Exercise promotes gain in bone mass through adaptive responses of the vertebrate skeleton. This mechanism counteracts age- and disease-related skeletal degradation, but remains to be fully understood. In life sciences, zebrafish emerged as a vertebrate model that can provide new insights into the complex mechanisms governing bone quality. To test the hypothesis that musculoskeletal exercise induces bone adaptation in adult zebrafish and to characterize bone reorganization, animals were subjected to increased physical exercise for four weeks in a swim tunnel experiment. Cellular, structural and compositional changes of loaded vertebrae were quantified using integrated high-resolution analyses. Exercise triggered rapid bone adaptation with substantial increases in bone-forming osteoblasts, bone volume and mineralization. Clearly, modeling processes in zebrafish bone resemble processes in human bone. This study highlights how exercise experiments in adult zebrafish foster in-depth insight into aging-related bone diseases and can thus catalyze the search for appropriate prevention and new treatment options.
Vertebrate bone is a dynamic organ system that displays extraordinary mechanical properties resulting from its complex hierarchical structure1,2. The major functions of the skeleton are load-bearing related to motion, protection of internal organs and maintenance of mineral homeostasis3.
Through the essential processes of bone remodeling and modeling, optimal skeletal levels of calcium and phosphorous persist during most of an individual’s lifespan. On a microscopic scale, skeletal integrity is maintained by bone remodeling, the balanced removal of old bone matrix by bone-resorbing osteoclasts and the deposition of new bone tissue by bone-forming osteoblasts4,5. While bone remodeling is initiated to repair micro-damages in older bone matrices6,7, bone modeling is attributed to skeletal growth during development and is later activated in response to mechanical loading of bone, leading to bone formation8,9. Conversely, a lack of critical loading will induce increased bone resorption10. Bone loss is a typical consequence activated during space travel following prolonged time under micro-gravity conditions11. In both processes, bone modeling and bone remodeling, osteoblasts and osteoclasts are orchestrated by mechanosensitive osteocytes that are embedded in the bone matrix12. Osteocytes represent the most abundant bone cell and are considered to respond to stimuli including fluid flow, mechanical strain and hydrostatic pressure3,13,14. A network comprised of nanometer-sized channels interconnects the osteocytes and facilitates communication with osteoblasts and osteoclasts on the bone surface15.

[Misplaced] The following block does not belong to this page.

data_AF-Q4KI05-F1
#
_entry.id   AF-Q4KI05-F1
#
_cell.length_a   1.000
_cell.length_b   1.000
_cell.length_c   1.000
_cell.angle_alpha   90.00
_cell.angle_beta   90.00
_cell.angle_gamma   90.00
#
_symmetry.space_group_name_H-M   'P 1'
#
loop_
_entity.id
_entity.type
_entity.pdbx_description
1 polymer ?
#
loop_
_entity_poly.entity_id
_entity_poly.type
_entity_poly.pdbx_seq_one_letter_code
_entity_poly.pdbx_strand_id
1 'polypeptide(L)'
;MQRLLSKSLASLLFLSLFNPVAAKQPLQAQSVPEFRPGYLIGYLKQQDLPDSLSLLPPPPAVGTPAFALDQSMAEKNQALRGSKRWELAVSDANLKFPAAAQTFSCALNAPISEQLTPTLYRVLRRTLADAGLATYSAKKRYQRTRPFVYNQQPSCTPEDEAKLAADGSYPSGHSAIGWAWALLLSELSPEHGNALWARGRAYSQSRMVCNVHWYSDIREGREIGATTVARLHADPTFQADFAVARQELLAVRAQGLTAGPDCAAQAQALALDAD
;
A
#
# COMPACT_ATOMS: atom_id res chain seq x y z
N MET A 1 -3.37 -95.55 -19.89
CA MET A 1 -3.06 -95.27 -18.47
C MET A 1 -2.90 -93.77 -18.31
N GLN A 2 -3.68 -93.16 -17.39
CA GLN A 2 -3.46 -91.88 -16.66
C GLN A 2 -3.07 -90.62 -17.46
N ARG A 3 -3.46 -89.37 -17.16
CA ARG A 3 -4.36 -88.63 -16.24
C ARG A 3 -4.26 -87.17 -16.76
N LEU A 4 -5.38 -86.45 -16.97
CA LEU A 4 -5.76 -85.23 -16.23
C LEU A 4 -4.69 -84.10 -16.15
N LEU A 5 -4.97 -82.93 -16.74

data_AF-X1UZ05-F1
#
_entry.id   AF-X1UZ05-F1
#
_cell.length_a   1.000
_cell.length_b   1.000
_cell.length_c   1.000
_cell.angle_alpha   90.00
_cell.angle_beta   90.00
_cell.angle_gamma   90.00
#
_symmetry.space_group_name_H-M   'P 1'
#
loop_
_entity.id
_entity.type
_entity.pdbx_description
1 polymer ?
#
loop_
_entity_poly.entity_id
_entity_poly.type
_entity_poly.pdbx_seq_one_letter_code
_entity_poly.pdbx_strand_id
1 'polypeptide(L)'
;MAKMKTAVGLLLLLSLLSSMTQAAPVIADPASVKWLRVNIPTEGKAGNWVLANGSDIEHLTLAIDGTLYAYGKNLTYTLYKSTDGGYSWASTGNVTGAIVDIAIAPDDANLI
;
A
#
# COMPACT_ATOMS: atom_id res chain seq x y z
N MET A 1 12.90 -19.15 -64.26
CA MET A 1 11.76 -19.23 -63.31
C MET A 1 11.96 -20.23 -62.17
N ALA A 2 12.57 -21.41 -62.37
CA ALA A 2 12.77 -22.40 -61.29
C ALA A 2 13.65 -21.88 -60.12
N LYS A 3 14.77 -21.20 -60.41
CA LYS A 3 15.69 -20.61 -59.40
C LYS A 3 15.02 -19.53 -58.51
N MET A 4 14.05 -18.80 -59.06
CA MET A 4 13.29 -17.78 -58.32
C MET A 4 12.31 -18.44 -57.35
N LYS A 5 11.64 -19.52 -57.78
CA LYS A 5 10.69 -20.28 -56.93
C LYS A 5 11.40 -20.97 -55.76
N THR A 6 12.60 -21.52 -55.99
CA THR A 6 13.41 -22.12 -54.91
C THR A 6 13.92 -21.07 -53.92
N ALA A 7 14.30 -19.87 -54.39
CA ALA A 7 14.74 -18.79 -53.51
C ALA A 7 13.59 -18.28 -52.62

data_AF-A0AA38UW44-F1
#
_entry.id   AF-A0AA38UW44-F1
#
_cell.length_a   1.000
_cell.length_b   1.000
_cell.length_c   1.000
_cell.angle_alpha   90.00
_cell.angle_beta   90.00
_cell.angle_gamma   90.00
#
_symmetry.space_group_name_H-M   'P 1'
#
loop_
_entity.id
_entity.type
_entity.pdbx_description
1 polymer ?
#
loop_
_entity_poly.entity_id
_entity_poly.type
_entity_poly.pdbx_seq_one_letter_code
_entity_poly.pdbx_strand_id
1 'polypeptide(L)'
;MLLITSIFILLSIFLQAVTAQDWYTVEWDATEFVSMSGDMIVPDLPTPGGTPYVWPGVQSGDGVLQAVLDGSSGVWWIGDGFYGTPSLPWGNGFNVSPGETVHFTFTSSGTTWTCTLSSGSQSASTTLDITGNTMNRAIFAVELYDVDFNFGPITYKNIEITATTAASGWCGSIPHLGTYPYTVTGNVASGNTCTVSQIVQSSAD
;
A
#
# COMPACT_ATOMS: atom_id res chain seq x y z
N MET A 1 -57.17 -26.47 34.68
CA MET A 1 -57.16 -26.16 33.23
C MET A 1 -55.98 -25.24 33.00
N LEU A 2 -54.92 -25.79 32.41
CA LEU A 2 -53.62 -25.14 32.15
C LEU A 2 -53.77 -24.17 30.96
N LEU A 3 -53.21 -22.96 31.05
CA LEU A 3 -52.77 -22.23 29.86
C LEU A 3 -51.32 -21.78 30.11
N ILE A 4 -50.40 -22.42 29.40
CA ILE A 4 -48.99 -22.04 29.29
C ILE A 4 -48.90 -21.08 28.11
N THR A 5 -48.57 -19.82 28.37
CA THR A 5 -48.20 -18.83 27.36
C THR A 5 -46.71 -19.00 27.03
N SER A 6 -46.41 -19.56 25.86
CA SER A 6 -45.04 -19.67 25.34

Aging and skeletal diseases such as osteoporosis are associated with alterations in bone remodeling leading to an imbalance between bone resorption and bone formation. Eventually, this imbalance leads to a loss of bone mass and an increase in fracture risk14,16. Osteoporosis-related bone loss in humans is likely linked to reduced osteocyte numbers and impaired osteocyte function (i.e. reduced mechanosensitivity). In the aged human skeleton this leads to a dysregulation of mechanically driven bone formation, i.e. dysregulation of the integral part of the bone modeling process14,17. In order to maintain lifelong bone health, it is of crucial importance to fully elucidate the mechanisms behind bone remodeling and load-related bone modeling which cause bone’s structural reorganization.
Several clinical studies showed that physical activity promotes bone strength and leads to measurable fracture risk reduction in humans18,19. However, the effects of exercise on bone modeling and remodeling in humans with bone loss syndromes, particularly on a microscopic level, remain insufficiently explored. For many years, mice and rats were the predominant animal models used for the study of bone diseases and changes of both loading scenarios and bone remodeling20. More recently, also the ray-finned fish species from the infraclass of teleost fish have been used as novel animal models suited for the study of human bone disorders20,21. In particular, among the teleost fish, zebrafish (Danio rerio)20,22 have been identified as a suitable vertebrate model because the skeleton is a highly conserved organ system.